Monday, February 05, 2018


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Aodh Ó Domhnaill died suddenly on 24 January 2018 at his home in Baile Eaglaise in Corca Dhuibhne. He was waked there over the weekend and this was followed by a funeral service and cremation at Mount Jerome Cemetery in Dublin.

I will comment on his life and work another time. For now I will just address the funeral service. Meanwhile a very fine appreciation appeared in the Irish language online newspaper

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Above is the day's running order as Aodh himself might have put it. I will just comment on each item briefly.

The ceremony opened with Colm Mac Séalaigh singing one of Aodh's compositions from way back entitled 1984. An inspired choice, it was written for Na hUaisle, Aodh's protest folk group, and was way ahead of its time in the context of Irish language protest songs. It draws attention to the despoiliation of the environment and though it has many great lines, my favourite is:
Ag casachtach le sláinte i mbaile na gcasán
That grenade has a lot of shrapnel in it. But then Aodh was a wordsmith and he always packed a fair bit of punch into a few words.

You can read the words below as you listen to a version from Tŷ Bach, recorded in Belfast in 1974.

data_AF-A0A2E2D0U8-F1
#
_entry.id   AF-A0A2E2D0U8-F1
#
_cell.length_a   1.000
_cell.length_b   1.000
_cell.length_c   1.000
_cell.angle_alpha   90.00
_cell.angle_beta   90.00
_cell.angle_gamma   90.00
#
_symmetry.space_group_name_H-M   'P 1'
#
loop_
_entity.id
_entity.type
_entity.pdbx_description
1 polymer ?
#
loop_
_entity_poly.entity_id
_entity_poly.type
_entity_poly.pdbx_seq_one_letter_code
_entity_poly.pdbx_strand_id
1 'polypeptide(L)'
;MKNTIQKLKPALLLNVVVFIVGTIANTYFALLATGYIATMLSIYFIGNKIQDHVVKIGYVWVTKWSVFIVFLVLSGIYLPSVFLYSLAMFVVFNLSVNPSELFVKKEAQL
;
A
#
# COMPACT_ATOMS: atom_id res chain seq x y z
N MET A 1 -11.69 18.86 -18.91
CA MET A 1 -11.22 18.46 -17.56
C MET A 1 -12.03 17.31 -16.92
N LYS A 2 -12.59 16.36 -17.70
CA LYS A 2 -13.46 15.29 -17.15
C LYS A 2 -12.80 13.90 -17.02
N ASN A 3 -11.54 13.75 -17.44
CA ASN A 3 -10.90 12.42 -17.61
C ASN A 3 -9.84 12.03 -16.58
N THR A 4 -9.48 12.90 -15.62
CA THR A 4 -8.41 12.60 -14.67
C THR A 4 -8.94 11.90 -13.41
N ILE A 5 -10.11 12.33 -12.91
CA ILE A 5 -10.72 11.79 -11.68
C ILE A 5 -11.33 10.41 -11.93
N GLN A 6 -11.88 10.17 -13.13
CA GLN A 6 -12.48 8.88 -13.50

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1984 - from Tŷ Bach's vinyl LP Téanam Ort

An tAthair Ó Cochláin conducted the service in mellow Gaeilge na Mumhan and paid tribute to Aodh mar is dual.

Máire Breathnach played a plaintif melody on the fiddle which she had composed in memory of her late father Walter. Lovely tone and beautifully played.

Sinéad Ní Uallacháin, who, as a member of Aisteoirí Bulfin, had interpreted Aodh's dramatic writings on stage, read a poem Aodh wrote about this two children, Mo Bheirt ar Altram. This was published in his third volume of poetry Is Araile in 1993. It is on a familiar theme of children not being the property of their parents but just on loan to them for the duration. It had a particular poigancy in the circumstances. Sinéad rendered it beautifully.

It clearly had an emotional impact on the congregation, even on those ar bheagán Gaeilge. Aodh's French nieces missed it entirely and asked me if I would do a translation. The poem is untranslatable. It has an innovative use of words, some I suspect composed by the poet himself, and there are many with multiple meanings, as befits a poem. You can read the original here and, if that still leaves you guessing, get a sense of the content from my rough translation.

Bríd Ní Ghruagáin, who I had never heard sing before, gave us a rendering of An Fhuiseog Sa Spéir which would have done the Lark itself proud.

Niall gave a very emotional, evocative and loving eulogy of his father in which he strongly reciprocated the emotions expressed by his father in the poem above.

The ceremony concluded with a rendering by Neilligh Mulligan of Mo Ghile Mear on the uileann pipes. This was most fitting as Neilligh is a fine piper and the song could be seen as a lament for an absent hero. Neilligh followed it with a lively dance tune as family and mourners filed out of the chapel.

The family wanted to end on an upbeat note and I will do the same with the picture of Aodh below.


Tribute night for Aodh in the Writers' Centre

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